Democracy in U.S. Security Strategy

The Democracy in U.S. Security Strategy Project helps understand the strategic community’s perceived shortfalls in democracy promotion today and shapes alternatives for how it might be recast.

Strategic thinker Raymond Aron counseled, “the strength of a great power is diminished if it ceases to serve an idea.” Without such an idea today, the United States risks eroding its great power status by making other states more likely to resist and balance against it. From the Founding Fathers through Wilson’s Fourteen Points to the Reagan, Clinton, and Bush administrations, the United States has pursued some form of democracy promotion as that idea.

Yet recent experiences have damaged democracy promotion’s reputation among strategic experts and the public. Given these experiences, is such a policy sustainable? Should it guide U.S. grand strategy, be adjusted, or even be replaced? Given its historical role, future administrations are more likely to revisit, and possibly reframe, the place of democracy promotion in U.S. strategy based on recent experience, rather than dismiss it entirely. How, if at all, should it shape the U.S. national security strategy and public diplomacy?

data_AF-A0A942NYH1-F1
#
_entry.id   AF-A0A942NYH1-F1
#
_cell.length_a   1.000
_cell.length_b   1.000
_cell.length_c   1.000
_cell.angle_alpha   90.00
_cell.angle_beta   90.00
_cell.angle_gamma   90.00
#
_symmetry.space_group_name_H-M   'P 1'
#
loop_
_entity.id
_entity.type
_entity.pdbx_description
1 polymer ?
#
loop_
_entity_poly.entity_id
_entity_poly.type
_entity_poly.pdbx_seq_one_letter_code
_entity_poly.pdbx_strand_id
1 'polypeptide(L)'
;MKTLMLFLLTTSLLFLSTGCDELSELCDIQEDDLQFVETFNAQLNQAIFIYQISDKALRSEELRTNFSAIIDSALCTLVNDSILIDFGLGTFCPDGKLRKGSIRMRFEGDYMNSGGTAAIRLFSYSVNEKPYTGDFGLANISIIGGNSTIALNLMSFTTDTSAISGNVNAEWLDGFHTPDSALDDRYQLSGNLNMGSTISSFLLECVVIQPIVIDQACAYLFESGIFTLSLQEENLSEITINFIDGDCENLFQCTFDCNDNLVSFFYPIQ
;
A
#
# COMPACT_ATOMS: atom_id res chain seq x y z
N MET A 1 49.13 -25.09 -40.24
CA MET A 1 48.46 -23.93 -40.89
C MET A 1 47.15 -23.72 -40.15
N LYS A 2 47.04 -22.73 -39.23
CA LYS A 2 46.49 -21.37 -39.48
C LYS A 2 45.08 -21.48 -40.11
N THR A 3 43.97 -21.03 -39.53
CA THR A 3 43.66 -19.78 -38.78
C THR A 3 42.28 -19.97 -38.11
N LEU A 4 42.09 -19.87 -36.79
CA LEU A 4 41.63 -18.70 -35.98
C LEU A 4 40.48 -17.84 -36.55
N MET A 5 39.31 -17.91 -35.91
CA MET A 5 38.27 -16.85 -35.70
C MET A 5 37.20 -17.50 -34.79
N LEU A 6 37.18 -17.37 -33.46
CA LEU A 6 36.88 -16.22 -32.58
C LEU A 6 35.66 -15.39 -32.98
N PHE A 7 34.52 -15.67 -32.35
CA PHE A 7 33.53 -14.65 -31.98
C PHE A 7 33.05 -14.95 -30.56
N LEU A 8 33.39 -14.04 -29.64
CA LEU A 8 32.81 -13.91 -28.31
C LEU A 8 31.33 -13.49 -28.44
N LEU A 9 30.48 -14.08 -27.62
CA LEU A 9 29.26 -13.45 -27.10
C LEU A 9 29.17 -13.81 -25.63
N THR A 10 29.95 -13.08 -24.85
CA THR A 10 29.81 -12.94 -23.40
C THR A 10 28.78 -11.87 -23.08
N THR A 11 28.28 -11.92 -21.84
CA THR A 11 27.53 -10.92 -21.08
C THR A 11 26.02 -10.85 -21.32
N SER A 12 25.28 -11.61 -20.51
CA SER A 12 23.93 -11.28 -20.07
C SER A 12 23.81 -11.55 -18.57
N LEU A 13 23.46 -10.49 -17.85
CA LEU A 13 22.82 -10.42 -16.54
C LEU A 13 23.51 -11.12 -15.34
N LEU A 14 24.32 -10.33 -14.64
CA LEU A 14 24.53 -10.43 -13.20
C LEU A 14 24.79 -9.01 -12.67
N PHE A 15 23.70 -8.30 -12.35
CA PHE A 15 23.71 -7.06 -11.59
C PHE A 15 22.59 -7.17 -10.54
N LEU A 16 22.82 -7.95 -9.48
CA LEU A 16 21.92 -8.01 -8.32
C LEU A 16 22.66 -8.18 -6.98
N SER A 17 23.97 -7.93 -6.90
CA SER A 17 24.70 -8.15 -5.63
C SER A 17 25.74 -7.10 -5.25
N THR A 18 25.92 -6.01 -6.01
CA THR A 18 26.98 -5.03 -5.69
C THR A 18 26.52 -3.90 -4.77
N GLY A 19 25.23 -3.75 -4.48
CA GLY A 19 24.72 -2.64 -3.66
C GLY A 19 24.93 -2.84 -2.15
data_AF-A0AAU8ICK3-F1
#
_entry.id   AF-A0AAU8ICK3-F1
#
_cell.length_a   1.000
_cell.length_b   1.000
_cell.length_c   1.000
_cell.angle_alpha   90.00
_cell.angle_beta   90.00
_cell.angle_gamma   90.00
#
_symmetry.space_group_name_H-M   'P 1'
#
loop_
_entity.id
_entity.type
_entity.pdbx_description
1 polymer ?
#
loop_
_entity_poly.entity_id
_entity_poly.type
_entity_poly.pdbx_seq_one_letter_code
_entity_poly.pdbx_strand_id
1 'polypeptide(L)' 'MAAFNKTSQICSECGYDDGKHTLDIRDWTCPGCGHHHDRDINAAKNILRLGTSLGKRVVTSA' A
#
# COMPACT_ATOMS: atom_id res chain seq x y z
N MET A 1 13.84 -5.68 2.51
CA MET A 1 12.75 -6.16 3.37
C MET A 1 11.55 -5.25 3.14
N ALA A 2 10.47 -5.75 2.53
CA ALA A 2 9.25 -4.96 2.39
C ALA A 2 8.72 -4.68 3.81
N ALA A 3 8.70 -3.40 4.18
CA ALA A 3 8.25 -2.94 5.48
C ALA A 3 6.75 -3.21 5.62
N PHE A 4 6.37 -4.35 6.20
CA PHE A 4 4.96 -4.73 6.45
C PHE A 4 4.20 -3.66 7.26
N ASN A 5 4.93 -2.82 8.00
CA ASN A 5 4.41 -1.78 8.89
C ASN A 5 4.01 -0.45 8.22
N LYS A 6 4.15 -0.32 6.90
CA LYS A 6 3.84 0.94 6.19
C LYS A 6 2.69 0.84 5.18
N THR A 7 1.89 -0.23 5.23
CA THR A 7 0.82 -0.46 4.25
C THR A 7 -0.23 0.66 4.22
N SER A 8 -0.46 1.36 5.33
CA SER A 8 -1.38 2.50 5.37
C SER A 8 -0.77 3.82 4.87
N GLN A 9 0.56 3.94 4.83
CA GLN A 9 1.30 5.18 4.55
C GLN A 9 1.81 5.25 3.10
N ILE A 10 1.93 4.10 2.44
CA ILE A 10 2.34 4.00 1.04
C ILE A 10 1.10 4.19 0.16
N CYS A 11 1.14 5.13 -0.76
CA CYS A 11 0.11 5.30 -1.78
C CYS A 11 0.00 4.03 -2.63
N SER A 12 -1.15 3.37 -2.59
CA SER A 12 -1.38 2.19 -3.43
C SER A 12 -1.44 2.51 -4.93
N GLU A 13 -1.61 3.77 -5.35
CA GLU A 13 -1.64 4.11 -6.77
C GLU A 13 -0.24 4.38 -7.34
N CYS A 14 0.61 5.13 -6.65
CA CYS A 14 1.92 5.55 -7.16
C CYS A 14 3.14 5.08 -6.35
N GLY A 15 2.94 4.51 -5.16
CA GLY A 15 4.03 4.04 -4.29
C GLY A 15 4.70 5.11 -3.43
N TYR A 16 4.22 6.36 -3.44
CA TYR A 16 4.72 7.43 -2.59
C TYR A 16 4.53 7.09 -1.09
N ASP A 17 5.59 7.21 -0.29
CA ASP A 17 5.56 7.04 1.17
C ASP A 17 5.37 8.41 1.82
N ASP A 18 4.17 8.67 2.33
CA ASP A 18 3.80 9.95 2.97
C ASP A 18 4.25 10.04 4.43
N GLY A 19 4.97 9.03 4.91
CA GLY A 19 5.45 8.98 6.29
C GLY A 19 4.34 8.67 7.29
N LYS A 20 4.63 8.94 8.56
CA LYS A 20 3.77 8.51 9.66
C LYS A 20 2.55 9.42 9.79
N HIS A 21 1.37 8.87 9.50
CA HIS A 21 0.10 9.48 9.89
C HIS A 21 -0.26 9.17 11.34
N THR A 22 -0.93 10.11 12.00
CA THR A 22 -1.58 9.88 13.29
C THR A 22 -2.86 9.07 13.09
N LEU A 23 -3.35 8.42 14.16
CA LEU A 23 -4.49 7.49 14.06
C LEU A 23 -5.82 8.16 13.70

Under project director Alexander T. J. Lennon, CSIS is identifying the perceived shortfalls of democracy promotion in U.S. grand strategy today, exploring alternatives for how it might be recast, and will recommend the role for democracy promotion in the next administration’s national security strategy and public diplomacy.

Advisory Committee

Thomas Carothers
CEIP
Larry Diamond
Stanford
Elizabeth Dugan
IRI
Peter D. Feaver
Duke
Stephen J. Flanagan
CSIS
Francis Fukuyama
SAIS
Michael Fullilove
Brookings
Michael J. Green
CSIS
Robert E. Hunter
RAND
Gerald Hyman
CSIS
G. John Ikenberry
Princeton
Michael A. McFaul
Stanford
Mark Palmer Rend Al-Rahim
USIP
Mitchell B. Reiss
William & Mary
Anne-Marie Slaughter
Princeton
Ashley J. Tellis
CEIP
Almut Wieland-Karimi
Friedrich Ebert Foundation
Jennifer Windsor
Freedom House